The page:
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Easy access to small-scale weapons is 'homicidal madness', Francis tells ambassadors to the Vatican

09 January 2017 | by Christopher Lamb

Thinly-veiled warning to US on guns policy ahead of Donald Trump's inauguration later this month

Pope Francis has issued a call for peace in 2017 by condemning easy access to small-scale weapons while urging faith leaders to call out religiously-inspired terrorism as “homicidal madness”.

In a speech delivered to Holy See ambassadors from across the world this morning, Francis said that the distribution of “conventional weapons” - which include guns, land mines, shells and bombs - are sparking conflicts around the world and creating a climate of fear.  

“With regard to conventional weapons, we need to acknowledge that easy access to the sale of arms, including those of small calibre, not only aggravates various conflicts, but also generates a widespread sense of insecurity and fear,” the Pope told the diplomats assembled in the Vatican’s Sala Regia hall inside the Apostolic Palace. “This is all the more dangerous in times, like our own, of social uncertainty and epochal changes.”

While he did not single out any specific country, his remarks will be welcomed by those calling for tougher gun laws in the United States, a country routinely blighted by deaths caused by firearms.

Americans are ten times more likely to be killed by guns than people in other developed countries, according to the latest figures collated and published by the American Journal of Medicine.

The easy access to small-scale weapons is also a factor behind Jihadist motivated terrorism across the world, acts which Francis called on faith leaders to condemn. 

“We are dealing with a homicidal madness which misuses God’s name in order to disseminate death, in a play for domination and power,” the Pope explained. “Hence I appeal to all religious authorities to join in reaffirming unequivocally that one can never kill in God’s name.” 

Fundamentalist terrorism, Francis said, was the result of “a profound spiritual poverty” which can only be defeated by religious and political leaders working together: on the faith side this requires an emphasis on love of neighbour while politicians must recognise the role of faith in building the common good.

“Government leaders are also responsible for ensuring that conditions do not exist that can serve as fertile terrain for the spread of forms of fundamentalism,” he explained. 

The Pope’s “state of the world” speech is delivered annually to envoys who represent their country’s interests to the Holy See: the Vatican currently has relations with 182 states with 88 ambassadors permanently based in Rome.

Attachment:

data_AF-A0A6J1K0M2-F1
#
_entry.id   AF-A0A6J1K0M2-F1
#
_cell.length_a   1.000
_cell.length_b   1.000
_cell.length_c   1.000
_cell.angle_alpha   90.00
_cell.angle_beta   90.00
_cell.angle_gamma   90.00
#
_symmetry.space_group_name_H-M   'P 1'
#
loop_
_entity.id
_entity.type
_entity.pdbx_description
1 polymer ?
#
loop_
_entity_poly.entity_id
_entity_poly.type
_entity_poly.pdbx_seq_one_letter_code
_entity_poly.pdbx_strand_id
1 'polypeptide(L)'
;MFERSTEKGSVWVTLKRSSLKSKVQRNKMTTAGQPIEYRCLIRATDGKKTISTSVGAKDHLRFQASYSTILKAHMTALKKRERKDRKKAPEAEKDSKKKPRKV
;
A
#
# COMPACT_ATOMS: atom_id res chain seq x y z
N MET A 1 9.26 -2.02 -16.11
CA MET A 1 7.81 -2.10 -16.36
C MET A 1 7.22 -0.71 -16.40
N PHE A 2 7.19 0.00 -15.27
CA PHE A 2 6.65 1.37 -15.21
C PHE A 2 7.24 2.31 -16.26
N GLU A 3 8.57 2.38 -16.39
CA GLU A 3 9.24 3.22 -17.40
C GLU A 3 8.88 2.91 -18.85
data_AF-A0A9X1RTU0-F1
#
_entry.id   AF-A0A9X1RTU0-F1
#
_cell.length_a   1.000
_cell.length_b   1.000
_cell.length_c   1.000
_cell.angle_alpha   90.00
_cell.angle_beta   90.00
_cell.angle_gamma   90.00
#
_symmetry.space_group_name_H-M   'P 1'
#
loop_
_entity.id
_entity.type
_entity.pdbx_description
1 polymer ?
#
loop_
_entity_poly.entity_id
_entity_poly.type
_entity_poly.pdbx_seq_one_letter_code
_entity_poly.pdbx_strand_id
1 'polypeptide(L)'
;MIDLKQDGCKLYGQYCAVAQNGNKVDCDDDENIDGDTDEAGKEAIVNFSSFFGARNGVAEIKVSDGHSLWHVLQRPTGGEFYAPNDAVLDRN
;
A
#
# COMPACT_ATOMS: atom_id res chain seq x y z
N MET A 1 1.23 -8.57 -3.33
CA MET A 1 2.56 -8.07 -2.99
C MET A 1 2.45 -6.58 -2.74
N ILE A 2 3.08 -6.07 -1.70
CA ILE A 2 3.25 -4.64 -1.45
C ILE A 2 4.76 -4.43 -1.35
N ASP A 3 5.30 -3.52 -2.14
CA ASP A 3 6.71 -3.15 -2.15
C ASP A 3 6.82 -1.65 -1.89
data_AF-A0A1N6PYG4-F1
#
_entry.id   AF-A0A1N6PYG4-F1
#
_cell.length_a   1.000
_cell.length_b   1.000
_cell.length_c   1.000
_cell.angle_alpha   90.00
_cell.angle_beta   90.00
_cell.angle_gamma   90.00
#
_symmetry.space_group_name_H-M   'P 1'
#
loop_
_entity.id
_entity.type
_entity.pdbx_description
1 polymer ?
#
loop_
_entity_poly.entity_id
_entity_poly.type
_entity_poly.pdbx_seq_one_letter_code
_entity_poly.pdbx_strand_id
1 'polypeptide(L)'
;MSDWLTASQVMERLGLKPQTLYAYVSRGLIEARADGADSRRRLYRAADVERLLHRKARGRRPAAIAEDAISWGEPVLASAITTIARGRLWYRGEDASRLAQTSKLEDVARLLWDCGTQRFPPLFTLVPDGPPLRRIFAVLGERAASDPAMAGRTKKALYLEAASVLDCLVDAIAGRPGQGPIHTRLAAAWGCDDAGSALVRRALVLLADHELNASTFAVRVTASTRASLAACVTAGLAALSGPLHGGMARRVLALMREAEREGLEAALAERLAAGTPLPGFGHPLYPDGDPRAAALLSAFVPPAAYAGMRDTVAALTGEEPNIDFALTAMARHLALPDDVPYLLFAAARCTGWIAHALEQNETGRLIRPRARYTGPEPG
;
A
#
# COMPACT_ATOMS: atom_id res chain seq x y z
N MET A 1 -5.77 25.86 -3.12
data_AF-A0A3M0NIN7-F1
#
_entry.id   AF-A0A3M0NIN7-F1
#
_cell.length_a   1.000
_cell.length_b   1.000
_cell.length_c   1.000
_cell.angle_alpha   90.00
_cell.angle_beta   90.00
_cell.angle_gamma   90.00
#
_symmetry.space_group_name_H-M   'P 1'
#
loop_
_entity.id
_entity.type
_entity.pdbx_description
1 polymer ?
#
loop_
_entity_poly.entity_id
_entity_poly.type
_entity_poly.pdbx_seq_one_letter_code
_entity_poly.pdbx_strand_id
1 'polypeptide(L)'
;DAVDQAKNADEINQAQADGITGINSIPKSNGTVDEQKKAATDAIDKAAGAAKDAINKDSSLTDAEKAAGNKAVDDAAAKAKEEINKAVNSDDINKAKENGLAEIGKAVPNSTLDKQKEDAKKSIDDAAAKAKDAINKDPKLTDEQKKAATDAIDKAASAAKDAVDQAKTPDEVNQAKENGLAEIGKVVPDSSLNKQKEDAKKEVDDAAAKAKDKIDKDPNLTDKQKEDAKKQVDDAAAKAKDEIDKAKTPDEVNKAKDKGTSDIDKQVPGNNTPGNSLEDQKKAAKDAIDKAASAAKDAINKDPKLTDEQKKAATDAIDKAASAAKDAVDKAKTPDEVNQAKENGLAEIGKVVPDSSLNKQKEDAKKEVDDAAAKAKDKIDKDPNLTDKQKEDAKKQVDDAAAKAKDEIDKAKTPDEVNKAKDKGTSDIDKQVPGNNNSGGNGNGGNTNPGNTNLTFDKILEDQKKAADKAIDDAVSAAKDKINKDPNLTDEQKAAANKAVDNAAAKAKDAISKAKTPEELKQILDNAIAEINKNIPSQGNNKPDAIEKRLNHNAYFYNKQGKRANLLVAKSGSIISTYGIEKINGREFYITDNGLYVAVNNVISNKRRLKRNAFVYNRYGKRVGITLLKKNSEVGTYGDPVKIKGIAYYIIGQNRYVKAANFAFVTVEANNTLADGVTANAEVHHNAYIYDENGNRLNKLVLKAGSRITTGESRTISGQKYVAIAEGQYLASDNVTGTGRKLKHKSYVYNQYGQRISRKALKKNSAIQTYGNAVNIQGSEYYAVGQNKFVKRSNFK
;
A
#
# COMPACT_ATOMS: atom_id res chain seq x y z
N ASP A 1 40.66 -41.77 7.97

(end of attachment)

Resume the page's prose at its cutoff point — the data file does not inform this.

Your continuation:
His address today focussed on peace and security and was a grand sweep across different parts of the world including the Middle East, Africa, Asia and central America. 

Francis called for a dialogue between different faiths as a way of combatting religious violence and cited his visit to Sweden marking the 500th anniversary of the Reformation and also citing the Council of Europe’s initiative on the need to understand religion in order to prevent radicalisation and extremism.

“We know that there has been no shortage of acts of religiously motivated violence, beginning with Europe itself, where the historical divisions between Christians have endured all too long,” the Pope explained. “In my recent visit to Sweden, I mentioned the urgent need for healing past wounds and journeying together towards common goals. The basis of that journey can only be authentic dialogue between different religious confessions. Such dialogue is possible and necessary.”

He went on: “Sadly, we are conscious that even today, religious experience, rather than fostering openness to others, can be used at times as a pretext for rejection, marginalisation and violence.” 

The Pope described terrorist atrocities as “vile acts that use children to kill, as in Nigeria, target people at prayer, as in the Coptic Cathedral of Cairo, or travellers or workers, as in Brussels, or passers-by in the streets of cities like Nice and Berlin, or simply people celebrating the arrival of the new year, as in Istanbul.”

When it came to global uncertainty Francis once again condemned the arms trade, called for non-violence and warned about the “never-ending race” to create increasingly sophisticated weaponry. He expressed particular concern about the Korean peninsular after North Korea said they were developing nuclear weapons. 



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